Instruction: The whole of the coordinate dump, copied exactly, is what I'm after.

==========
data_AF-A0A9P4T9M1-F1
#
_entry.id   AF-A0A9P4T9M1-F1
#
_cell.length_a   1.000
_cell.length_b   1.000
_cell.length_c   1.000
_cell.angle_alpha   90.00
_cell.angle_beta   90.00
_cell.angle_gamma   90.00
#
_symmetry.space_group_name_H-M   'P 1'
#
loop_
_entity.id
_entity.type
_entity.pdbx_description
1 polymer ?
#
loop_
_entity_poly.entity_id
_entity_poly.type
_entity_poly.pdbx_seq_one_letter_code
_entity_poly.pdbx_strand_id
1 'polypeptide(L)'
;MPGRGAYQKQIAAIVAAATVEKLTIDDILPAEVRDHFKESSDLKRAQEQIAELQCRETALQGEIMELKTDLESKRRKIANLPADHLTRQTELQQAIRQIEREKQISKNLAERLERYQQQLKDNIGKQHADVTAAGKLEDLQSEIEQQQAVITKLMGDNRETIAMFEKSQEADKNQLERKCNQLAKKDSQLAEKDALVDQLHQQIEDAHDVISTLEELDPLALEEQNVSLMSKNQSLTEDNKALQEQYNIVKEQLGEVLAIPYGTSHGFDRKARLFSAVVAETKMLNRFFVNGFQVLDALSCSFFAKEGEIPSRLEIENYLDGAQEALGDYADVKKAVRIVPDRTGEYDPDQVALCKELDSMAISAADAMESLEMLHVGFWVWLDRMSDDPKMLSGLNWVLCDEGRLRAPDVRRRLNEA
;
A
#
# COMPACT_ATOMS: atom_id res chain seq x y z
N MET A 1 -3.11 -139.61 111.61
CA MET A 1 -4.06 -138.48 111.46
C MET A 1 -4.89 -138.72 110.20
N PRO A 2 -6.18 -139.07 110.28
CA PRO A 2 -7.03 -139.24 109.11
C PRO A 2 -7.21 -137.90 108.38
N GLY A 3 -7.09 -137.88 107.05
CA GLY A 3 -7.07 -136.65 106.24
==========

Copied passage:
data_AF-A0A9P4T9M1-F1
#
_entry.id   AF-A0A9P4T9M1-F1
#
_cell.length_a   1.000
_cell.length_b   1.000
_cell.length_c   1.000
_cell.angle_alpha   90.00
_cell.angle_beta   90.00
_cell.angle_gamma   90.00
#
_symmetry.space_group_name_H-M   'P 1'
#
loop_
_entity.id
_entity.type
_entity.pdbx_description
1 polymer ?
#
loop_
_entity_poly.entity_id
_entity_poly.type
_entity_poly.pdbx_seq_one_letter_code
_entity_poly.pdbx_strand_id
1 'polypeptide(L)'
;MPGRGAYQKQIAAIVAAATVEKLTIDDILPAEVRDHFKESSDLKRAQEQIAELQCRETALQGEIMELKTDLESKRRKIANLPADHLTRQTELQQAIRQIEREKQISKNLAERLERYQQQLKDNIGKQHADVTAAGKLEDLQSEIEQQQAVITKLMGDNRETIAMFEKSQEADKNQLERKCNQLAKKDSQLAEKDALVDQLHQQIEDAHDVISTLEELDPLALEEQNVSLMSKNQSLTEDNKALQEQYNIVKEQLGEVLAIPYGTSHGFDRKARLFSAVVAETKMLNRFFVNGFQVLDALSCSFFAKEGEIPSRLEIENYLDGAQEALGDYADVKKAVRIVPDRTGEYDPDQVALCKELDSMAISAADAMESLEMLHVGFWVWLDRMSDDPKMLSGLNWVLCDEGRLRAPDVRRRLNEA
;
A
#
# COMPACT_ATOMS: atom_id res chain seq x y z
N MET A 1 -3.11 -139.61 111.61
CA MET A 1 -4.06 -138.48 111.46
C MET A 1 -4.89 -138.72 110.20
N PRO A 2 -6.18 -139.07 110.28
CA PRO A 2 -7.03 -139.24 109.11
C PRO A 2 -7.21 -137.90 108.38
N GLY A 3 -7.09 -137.88 107.05
CA GLY A 3 -7.07 -136.65 106.24